Battery Life: GPU versus CPU

I have lately had the privilege of contributing to two projects involving hand-held battery powered embedded systems. Both of these devices visualized acquired data with soft or near real time constraints. In both projects the selected embedded System On a Chip (SoC) provided for GPU options, but the hardware team purposefully selected SoC variant’s without an internal GPU, relying on simple framebuffer approaches where the SoC’s primary CPU software rendered all graphics and visualizations. In both projects, this selection was driven by a high level product requirement:

Optimize for battery life. Period.

As a key contributor to the device software on these projects, I found myself needing to carefully measure and improve the application CPU usage of various visualizations. After working through this effort on two projects and given the substantial CPU usage required to enable the graphics and visualizations, a natural question occurred to me:

Are these devices using less battery power?

To answer this question, I needed a “neutral” platform where I could emulate a typical embedded system, with and without a GPU enabled SoC. For this round I quickly settled on the BeagleBone Black because it includes an embedded OpenGL compatible GPU, which can be enabled or disabled. Additionally, rather than using the substantial and robust default Debian distribution, I decided to use Texas Instruments’ Linux SDK, enabling a stripped down Linux filesystem with fewer features to potentially disturb power and CPU usage measurements. Paired with the BeagleBone Black was an 800×480 7″ LCD selected to approximate graphics resolutions that may be found in some embedded systems. Additional configuration details are noted below:

Qt was selected as the application environment for the initial tests for several reasons:

  • Easily supports simple Linux framebuffer systems (Qt platform plugin LinuxFB)
  • Easily supports OpenGL GPU based systems (Qt platform plugin EGLFS)
  • TI provides a version of Qt already cross-compiled and ready for use in their SDK.
  • I’m very familiar with Qt.  🙂

A simple test application was created with the following attributes:

  • Qt Widgets (not QML)
  • Generates 1024 random double values every 100ms in a separate QThread context.
  • Random data emitted via a Qt Signal. All connections are asynchronous.
  • Plot the data points using QCustomPlot. Nearly the entire screen is used for plotting data.
  • A simple QLabel with transparent background and simple text is moving continuously across the top of the plot.

The application was deployed to the target device and tested. Please note that the LCD has been dimmed during these power measurements.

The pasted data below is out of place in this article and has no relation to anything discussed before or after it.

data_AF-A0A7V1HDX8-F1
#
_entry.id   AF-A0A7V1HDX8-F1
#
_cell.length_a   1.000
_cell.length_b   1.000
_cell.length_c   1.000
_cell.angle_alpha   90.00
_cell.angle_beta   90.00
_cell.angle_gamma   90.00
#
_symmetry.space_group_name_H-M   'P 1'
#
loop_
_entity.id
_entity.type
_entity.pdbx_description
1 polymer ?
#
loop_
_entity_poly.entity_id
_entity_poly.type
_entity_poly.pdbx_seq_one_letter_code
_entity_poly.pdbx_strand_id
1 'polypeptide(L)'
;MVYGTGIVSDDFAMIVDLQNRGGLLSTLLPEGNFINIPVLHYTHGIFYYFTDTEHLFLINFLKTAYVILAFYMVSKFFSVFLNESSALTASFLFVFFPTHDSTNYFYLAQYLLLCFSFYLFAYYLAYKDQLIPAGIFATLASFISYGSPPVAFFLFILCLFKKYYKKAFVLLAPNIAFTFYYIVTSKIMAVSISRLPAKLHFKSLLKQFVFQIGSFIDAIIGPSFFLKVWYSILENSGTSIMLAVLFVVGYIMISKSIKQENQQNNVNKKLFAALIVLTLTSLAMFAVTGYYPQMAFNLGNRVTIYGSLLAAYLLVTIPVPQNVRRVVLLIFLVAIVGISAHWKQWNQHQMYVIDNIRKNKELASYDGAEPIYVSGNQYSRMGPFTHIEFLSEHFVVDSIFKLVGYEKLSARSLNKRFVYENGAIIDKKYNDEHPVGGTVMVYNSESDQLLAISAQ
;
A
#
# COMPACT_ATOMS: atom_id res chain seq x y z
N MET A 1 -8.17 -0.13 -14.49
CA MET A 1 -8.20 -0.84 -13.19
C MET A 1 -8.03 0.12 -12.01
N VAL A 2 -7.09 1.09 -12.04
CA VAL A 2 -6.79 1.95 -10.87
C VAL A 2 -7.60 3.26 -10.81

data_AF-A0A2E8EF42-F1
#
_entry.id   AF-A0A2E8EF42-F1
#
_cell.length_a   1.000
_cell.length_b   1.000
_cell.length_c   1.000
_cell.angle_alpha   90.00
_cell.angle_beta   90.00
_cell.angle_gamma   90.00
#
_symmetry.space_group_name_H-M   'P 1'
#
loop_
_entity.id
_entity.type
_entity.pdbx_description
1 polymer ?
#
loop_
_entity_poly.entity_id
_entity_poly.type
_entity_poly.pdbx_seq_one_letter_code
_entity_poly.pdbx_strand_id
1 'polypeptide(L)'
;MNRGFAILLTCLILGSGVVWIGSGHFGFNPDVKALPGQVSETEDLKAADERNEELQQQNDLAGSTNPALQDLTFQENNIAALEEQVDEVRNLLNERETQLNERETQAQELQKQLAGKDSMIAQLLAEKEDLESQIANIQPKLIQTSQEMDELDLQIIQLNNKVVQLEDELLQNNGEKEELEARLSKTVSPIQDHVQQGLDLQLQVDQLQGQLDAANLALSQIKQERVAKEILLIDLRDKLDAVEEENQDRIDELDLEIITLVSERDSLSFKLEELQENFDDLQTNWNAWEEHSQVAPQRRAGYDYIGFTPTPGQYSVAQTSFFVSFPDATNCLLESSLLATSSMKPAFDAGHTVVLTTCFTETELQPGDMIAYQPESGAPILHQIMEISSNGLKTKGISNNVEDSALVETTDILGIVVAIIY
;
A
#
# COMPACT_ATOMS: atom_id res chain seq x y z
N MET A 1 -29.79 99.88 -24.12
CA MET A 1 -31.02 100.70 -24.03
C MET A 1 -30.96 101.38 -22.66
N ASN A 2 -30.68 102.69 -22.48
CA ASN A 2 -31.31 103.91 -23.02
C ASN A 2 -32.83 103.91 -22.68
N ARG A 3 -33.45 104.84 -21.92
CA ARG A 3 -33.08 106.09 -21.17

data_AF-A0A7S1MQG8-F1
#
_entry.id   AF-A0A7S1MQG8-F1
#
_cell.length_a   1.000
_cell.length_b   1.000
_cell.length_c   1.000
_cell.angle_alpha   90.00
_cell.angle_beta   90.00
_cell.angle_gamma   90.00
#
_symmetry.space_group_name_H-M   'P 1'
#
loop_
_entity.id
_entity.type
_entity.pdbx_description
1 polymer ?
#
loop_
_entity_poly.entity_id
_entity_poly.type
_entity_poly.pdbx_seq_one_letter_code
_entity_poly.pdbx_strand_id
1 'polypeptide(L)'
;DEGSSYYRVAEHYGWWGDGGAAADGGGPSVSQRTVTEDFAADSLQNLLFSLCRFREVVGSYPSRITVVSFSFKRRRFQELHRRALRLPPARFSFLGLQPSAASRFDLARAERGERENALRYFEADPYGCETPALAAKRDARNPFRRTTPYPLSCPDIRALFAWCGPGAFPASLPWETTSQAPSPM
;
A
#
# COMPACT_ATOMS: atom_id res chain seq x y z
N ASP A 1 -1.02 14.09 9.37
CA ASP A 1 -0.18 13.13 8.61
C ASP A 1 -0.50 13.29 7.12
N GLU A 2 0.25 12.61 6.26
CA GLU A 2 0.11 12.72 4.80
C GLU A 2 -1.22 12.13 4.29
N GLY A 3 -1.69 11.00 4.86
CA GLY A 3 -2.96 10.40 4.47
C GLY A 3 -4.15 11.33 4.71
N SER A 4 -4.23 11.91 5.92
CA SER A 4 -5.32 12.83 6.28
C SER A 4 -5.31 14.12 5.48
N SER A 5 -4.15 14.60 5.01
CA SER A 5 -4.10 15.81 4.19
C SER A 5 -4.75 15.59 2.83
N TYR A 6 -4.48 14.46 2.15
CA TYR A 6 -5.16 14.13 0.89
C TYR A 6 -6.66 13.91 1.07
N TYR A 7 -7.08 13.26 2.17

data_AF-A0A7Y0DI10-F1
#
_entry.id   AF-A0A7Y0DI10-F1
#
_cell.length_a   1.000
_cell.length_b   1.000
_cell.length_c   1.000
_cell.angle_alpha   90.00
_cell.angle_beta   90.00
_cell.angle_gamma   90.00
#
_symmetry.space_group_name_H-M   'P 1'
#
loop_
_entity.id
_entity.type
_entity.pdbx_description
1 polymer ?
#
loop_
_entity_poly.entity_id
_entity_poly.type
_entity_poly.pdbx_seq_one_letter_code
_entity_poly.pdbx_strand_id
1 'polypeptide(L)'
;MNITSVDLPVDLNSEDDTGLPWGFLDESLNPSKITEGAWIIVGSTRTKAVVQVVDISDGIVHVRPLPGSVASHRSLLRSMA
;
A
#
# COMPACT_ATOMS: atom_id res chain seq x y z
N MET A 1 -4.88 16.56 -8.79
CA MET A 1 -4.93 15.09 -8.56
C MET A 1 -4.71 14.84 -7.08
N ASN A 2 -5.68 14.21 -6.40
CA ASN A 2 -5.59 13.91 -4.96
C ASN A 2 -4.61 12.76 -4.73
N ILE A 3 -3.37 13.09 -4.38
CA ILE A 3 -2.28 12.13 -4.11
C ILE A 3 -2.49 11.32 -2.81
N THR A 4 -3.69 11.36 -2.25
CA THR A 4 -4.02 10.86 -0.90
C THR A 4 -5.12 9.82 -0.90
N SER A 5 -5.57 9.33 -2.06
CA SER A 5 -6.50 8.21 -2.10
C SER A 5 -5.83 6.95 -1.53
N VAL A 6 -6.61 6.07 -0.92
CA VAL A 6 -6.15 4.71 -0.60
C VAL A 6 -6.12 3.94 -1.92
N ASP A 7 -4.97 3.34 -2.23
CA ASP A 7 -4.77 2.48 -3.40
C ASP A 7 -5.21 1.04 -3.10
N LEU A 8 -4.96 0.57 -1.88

Results:

 Test Case CPU Usage (%) Power Usage (Amps @ 5V)
 IDLE – ‘top’ and SSH 2% 0.32 – 0.34
 Test app – LinuxFB (no GPU) 55% 0.34 – 0.42
 Test app – EGLFS (with GPU) 65% 0.42 – 0.46

These results were certainly not what I was expecting or hoping for, especially given that Qt’s documentation recommends the EGLFS plugin. These (early) results support the previously mentioned decision to exclude a GPU option in similarly configured embedded systems where battery life is a top priority. That being said, without a properly integrated GPU, the user interface will (and does) suffer expected deficiencies: graphical tearing, jerky scrolling, and poor animations.

These early results only spur additional questions:

  • Is Qt’s EGLFS plugin optimized or still a work in progress?
    • Qt’s documentation recommend this plugin, but for Widget based applications, it appears to be non-optimal.
  • Is Qt’s Widget system non-optimal when used with a GPU enabled plugin, such as their EGLFS platform plugin?
  • Would an equivalent application, optimized to use OpenGL directly, perform better, perhaps tilting the power usage equation back in favor of using a GPU?

Although I have not yet answered the above questions, the final question above was briefly explored by running TI’s “cover flow” example OpenGL application.

Results:

 Test Case CPU Usage (%)

Power Usage (Amps @ 5V)

TI Matrix 3D Cover Flow Demo Application 15%  0.37

The CPU usage and power usage are both substantially lower, despite running an application that was continually updating a substantial portion of the screen. It is clearly not a “real world” application where it would be processing incoming data that would be manipulated and visualized, yet the measured CPU and power usage are near IDLE, and the on-screen updates were liquid smooth. This is an encouraging data point in favor of using a GPU in a power usage sensitive design.

Clearly more research and measurements are needed. Even these simple and early results show the challenges embedded system designers face when balancing requirements and use cases, especially in battery powered devices.

I hope to follow up with additional testing in the near future. In the mean time, I would be very interested in comments and also references to similar research and associated data.


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